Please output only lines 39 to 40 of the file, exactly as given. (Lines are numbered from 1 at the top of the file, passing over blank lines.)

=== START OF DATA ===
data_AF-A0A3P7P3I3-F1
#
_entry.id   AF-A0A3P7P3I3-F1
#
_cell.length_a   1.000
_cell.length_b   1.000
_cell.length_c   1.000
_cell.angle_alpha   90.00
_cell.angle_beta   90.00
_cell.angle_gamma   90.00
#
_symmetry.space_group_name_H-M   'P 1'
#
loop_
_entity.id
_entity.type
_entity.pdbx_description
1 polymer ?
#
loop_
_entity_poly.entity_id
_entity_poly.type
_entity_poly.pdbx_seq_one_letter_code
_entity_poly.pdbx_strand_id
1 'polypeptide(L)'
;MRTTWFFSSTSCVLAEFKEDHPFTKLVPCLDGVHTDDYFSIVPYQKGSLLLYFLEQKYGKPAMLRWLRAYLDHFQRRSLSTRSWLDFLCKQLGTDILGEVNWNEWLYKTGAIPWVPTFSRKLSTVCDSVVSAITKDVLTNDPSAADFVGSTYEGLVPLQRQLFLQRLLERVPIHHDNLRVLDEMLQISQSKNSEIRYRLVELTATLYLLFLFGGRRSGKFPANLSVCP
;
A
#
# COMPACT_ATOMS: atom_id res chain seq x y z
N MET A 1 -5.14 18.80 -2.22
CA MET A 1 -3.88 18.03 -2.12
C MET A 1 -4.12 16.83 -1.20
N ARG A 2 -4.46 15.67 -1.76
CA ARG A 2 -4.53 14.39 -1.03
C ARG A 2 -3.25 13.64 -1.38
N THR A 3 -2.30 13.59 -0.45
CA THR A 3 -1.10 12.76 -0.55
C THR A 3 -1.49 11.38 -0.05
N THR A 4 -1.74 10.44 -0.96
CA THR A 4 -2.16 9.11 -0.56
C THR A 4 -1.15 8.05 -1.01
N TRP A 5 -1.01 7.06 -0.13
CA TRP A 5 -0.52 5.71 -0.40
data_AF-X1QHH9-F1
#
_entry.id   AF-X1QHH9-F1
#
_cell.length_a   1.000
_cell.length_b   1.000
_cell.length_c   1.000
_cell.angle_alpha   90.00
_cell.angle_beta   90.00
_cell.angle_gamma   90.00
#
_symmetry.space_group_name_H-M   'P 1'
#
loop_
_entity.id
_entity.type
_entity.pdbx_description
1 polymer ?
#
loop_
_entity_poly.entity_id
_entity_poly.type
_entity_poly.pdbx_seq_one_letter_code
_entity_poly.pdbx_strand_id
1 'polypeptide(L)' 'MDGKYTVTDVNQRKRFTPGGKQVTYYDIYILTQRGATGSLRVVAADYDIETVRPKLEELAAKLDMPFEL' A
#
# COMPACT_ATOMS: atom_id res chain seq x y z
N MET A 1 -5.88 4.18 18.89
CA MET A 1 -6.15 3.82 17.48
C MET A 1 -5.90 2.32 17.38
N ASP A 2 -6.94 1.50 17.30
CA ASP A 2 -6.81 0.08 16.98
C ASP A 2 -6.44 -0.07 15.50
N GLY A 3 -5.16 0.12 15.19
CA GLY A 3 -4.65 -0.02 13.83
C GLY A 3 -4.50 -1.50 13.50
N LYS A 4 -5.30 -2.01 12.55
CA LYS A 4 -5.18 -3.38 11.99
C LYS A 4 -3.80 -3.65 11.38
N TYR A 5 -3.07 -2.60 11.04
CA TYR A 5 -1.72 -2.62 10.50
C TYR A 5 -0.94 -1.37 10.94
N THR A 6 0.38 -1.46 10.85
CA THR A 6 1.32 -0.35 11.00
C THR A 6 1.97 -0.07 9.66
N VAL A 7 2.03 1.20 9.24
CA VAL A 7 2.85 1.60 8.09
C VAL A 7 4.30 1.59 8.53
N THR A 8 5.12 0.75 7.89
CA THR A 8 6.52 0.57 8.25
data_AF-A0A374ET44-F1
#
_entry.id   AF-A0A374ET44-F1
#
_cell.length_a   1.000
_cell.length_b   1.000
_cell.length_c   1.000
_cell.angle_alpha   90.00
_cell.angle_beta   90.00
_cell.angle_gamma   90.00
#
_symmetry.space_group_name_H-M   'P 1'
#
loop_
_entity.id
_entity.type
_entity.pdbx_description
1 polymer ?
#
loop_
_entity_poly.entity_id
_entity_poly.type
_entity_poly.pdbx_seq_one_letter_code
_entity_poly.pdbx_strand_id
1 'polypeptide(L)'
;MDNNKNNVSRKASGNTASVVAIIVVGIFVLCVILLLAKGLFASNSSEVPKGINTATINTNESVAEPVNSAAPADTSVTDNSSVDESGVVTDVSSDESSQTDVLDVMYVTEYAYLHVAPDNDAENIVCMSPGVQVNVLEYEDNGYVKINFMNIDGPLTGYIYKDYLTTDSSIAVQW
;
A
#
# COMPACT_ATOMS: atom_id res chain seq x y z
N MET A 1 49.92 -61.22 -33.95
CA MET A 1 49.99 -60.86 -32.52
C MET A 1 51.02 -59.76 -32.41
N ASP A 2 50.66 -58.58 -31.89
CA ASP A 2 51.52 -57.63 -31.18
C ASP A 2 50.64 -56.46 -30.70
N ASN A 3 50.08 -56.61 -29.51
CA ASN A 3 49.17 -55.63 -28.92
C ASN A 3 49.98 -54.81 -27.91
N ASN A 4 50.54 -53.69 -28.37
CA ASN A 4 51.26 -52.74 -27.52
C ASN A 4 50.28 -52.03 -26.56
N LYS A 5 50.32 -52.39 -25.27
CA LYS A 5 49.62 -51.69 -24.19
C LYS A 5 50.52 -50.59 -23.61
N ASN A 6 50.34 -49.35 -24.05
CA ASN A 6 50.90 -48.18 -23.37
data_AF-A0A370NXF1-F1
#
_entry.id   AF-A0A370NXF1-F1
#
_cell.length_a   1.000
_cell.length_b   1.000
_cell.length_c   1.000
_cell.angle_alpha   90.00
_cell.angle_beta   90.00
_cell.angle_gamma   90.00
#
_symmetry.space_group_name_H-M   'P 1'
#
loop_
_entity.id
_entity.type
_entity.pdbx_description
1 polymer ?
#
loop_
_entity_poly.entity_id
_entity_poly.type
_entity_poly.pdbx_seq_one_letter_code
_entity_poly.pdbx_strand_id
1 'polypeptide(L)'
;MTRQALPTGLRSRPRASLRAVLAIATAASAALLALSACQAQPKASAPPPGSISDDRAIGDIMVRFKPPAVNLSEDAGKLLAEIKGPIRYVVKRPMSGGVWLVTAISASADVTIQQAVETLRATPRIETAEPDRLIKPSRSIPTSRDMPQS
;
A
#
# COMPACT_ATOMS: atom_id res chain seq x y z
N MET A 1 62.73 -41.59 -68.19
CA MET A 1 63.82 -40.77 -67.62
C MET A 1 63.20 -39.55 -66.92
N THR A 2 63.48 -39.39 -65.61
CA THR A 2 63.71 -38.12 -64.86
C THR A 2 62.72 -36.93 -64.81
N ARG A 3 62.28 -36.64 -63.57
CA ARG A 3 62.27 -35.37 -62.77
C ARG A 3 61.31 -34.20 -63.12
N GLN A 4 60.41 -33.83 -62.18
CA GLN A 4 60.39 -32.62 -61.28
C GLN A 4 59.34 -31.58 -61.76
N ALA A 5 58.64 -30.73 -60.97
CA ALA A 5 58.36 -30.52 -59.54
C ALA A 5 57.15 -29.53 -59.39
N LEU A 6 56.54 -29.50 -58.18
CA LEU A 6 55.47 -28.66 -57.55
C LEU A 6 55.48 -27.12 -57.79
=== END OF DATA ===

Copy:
C THR A 3 -1.49 11.38 -0.05
N THR A 4 -1.74 10.44 -0.96